Ask most animation voice actors why they've devoted their careers to making silly noises for cartoons, and they'll tell you it's a rush to get paid to do something that they got told off for when they were school kids. It's easy to imagine Renee Van der Stalt in an equal state of bliss as she creates fascinating artworks by punching holes in paper — the kind of thing she would have got detention for in eighth grade.
Granted, she isn't stabbing at the pages of a composition book with a pen; her marks are more subtle and her patterns far more intricate than a child's mindless ballpoint attack. Her technique is refined enough to warrant an exhibition at Redux, in tandem with fellow paper-centric artists Talia Greene and Christine Buckton Tillman. But there's enough fluidity and sense of exploration apparent to give viewers a glimpse of der Stalt's juvenile side.
The tiny pinholes that form her art mirror natural, large-scale patterns ("Moon Map," "Water Currents") or create new ones. The paper is carefully shaped and, when necessary, pinned. It's fitting that light is listed as one of the components of the Baltimore artist's work, since a change in the way they're lit can alter the patterns' appearance in a drastic way — from swirling grooves to dots to sparkles. Der Stalt's meticulous art has an antiquated air, perhaps because of the pianola-like impressions in the paper — except instead of a pattern that forms a musical sequence, there's a recognizable image.
As with der Stalt, Christine Buckton Tillman would have got in trouble for cutting up material as a kid, but that's what she's doing now. Tillman, also from Baltimore, offers another blast from the (more recent) past with her wool felt circles. They bear the faint marks of sewing prints, the kind that children could follow and make clothes with back in the '60s. Tillman's treatment of the material is just as groovy, with nature-based outlines cut from the felt ("Flower Tree Skirt," "Bird Tree Skirt" and "Pony Tree Skirt.") They look their best when spotlit on the gallery's grey floor.
Tillman applies the same technique to "Fern Curtain," adding her own delicate, feathery touches to a leafy scene by cutting new shapes in a photomural. Looking at the curtain with its shady spaces is like looking out through a window at thick greenery. There's a definite sense of movement, particularly when the wispy piece moves as viewers pass by, creating new patterns with its shadows. For Tillman, the possibilities are limitless -- anything that yields to a knife can become a canvas, and not all those canvasses have to be hung on a wall.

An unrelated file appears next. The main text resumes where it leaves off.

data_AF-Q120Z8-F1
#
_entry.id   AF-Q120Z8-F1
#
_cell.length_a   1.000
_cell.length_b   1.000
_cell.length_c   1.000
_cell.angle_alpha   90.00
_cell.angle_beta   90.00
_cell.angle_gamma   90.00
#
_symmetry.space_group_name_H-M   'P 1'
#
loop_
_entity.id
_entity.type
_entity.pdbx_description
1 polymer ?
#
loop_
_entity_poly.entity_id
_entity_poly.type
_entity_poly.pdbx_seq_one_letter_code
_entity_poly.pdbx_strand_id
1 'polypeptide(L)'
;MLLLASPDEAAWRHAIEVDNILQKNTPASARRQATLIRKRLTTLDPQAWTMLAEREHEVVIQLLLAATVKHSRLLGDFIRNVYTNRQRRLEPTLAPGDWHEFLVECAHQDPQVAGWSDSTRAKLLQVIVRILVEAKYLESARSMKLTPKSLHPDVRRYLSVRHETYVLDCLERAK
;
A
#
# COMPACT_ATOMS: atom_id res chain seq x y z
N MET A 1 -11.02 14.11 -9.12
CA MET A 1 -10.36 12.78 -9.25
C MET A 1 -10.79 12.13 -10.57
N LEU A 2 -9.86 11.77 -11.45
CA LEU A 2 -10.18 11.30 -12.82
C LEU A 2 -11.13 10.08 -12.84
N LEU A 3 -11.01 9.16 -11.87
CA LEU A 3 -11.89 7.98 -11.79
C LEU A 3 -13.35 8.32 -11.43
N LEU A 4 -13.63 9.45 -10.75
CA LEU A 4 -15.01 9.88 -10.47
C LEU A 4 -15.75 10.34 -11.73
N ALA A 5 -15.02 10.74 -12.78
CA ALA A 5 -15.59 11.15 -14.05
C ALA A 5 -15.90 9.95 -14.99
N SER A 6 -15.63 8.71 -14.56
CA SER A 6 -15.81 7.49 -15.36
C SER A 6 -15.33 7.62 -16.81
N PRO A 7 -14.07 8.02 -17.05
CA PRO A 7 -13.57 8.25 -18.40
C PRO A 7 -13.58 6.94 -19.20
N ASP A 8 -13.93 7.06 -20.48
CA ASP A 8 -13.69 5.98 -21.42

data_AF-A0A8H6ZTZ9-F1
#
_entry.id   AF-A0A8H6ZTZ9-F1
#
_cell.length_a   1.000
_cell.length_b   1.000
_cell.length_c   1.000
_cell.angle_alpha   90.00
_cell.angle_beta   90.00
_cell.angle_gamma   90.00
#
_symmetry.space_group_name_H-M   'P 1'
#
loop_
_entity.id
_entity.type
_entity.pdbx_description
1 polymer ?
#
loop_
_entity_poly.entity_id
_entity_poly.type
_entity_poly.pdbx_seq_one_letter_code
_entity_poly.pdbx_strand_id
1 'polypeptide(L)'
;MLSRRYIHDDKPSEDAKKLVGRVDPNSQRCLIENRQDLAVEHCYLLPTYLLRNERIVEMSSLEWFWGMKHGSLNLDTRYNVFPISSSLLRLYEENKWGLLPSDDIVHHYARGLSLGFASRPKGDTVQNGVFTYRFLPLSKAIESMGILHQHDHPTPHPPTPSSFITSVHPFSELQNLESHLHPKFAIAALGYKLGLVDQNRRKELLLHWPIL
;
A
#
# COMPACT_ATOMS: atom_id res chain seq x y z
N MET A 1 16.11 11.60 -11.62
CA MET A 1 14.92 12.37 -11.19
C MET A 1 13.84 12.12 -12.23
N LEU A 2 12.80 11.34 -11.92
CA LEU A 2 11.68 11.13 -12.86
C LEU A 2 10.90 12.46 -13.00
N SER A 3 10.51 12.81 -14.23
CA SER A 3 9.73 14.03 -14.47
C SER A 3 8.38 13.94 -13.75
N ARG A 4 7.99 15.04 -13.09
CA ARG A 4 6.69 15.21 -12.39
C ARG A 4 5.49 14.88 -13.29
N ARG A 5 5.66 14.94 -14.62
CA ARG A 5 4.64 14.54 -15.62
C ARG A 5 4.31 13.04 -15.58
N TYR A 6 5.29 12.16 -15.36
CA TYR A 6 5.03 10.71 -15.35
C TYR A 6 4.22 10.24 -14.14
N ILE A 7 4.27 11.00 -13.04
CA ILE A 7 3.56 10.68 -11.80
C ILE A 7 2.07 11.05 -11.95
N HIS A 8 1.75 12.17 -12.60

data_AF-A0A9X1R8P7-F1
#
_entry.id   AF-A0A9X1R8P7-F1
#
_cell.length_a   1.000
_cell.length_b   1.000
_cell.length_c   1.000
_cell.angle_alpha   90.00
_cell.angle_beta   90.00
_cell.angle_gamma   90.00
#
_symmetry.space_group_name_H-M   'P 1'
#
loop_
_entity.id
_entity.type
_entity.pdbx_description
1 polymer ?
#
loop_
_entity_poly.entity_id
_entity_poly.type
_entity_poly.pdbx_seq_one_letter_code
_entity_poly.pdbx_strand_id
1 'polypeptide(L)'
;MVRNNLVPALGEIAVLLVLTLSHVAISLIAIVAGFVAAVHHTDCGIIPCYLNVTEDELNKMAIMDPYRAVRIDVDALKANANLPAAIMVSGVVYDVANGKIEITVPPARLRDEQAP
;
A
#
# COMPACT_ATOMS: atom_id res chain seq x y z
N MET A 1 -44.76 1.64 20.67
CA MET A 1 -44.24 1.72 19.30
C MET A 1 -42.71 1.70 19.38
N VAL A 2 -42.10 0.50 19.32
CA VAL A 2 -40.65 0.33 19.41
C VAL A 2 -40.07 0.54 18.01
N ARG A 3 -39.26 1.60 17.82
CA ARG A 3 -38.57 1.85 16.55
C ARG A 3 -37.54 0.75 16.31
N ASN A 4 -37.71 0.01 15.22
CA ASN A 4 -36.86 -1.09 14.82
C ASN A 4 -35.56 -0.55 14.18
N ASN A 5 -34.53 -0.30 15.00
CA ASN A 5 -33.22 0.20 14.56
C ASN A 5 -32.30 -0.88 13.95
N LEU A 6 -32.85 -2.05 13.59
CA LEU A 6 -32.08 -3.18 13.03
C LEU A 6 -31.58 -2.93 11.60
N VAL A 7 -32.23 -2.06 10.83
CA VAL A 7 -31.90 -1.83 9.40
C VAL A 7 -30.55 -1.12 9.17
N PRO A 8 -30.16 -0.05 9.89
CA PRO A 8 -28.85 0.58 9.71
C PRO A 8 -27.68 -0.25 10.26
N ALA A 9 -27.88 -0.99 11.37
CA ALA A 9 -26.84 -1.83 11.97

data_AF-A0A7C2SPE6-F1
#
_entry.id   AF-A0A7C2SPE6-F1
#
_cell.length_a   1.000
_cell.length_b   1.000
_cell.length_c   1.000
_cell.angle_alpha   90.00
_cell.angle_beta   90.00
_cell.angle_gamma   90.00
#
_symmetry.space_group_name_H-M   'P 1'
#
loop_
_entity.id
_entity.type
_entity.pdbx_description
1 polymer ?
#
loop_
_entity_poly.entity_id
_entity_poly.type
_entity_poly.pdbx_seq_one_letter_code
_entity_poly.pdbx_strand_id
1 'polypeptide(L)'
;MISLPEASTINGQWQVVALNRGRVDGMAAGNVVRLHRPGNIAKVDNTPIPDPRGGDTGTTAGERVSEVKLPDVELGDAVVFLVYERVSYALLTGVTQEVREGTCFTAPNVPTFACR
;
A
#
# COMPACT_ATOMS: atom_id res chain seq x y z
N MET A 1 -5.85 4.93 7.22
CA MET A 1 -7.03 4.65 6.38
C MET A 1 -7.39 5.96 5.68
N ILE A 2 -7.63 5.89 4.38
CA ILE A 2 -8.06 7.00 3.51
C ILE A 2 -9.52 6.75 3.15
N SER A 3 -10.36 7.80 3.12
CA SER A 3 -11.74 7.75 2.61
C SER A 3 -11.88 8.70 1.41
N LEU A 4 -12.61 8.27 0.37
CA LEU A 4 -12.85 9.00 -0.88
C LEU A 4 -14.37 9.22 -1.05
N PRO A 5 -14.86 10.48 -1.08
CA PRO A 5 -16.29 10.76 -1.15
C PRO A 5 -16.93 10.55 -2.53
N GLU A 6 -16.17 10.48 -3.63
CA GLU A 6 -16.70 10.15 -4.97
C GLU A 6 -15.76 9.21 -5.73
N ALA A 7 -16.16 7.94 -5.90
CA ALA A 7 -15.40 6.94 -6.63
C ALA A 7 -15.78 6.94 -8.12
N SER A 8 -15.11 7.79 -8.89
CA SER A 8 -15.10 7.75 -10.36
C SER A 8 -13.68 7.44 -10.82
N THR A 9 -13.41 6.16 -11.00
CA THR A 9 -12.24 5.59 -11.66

Like the "Tree Skirt" series, Tillman intends her "Logs" to be laid on the floor. These chunky, interchangeable ink-on-Bristol images invite visitors to play pick up sticks with the art. The logs' simple graphic design qualities keep them rooted in their flat, two-dimensional origins.
In Redux's smaller gallery space, large bugs have claimed part of a wall for their own, thanks to Philadelphia resident Talia Greene. Unlike Tillman's logs, these 12 cicadas look vividly three-dimensional. Some hover, some emerge from their shells, others just sit and look ugly; although they're monochrome, the shadows they cast help to make them look lifelike.
If entomophobes can get past "(Thwarted) Emergence" they'll find "Organic Matter," also by Greene. According to Redux interim director Seth Curcio, the artist brought 700 of the small watercolor shapes and used a small portion of them to suit the space. Along with the watercolor, she uses coffee and tendril-like threads on paper to give the objects an organic, squashed-roach look.
Sticking with her creepy crawly theme, Greene has also provided two "Bodyscape" images, with a segmented, caterpillar body marching across paper. Although simple pencil lines are used here, the art is attractive and as organic as the coffee-stained "Matter."
With the flimsy theme of natural beauty holding this show together, NATURE:REdrawn is an underwhelming experience. Its greatest strength is in the way the different works are juxtaposed, complementing each other — alone they'd be a lot less interesting, with concepts as thin as the paper canvasses. Together, they evoke the wonders of nature in a quiet, understated manner.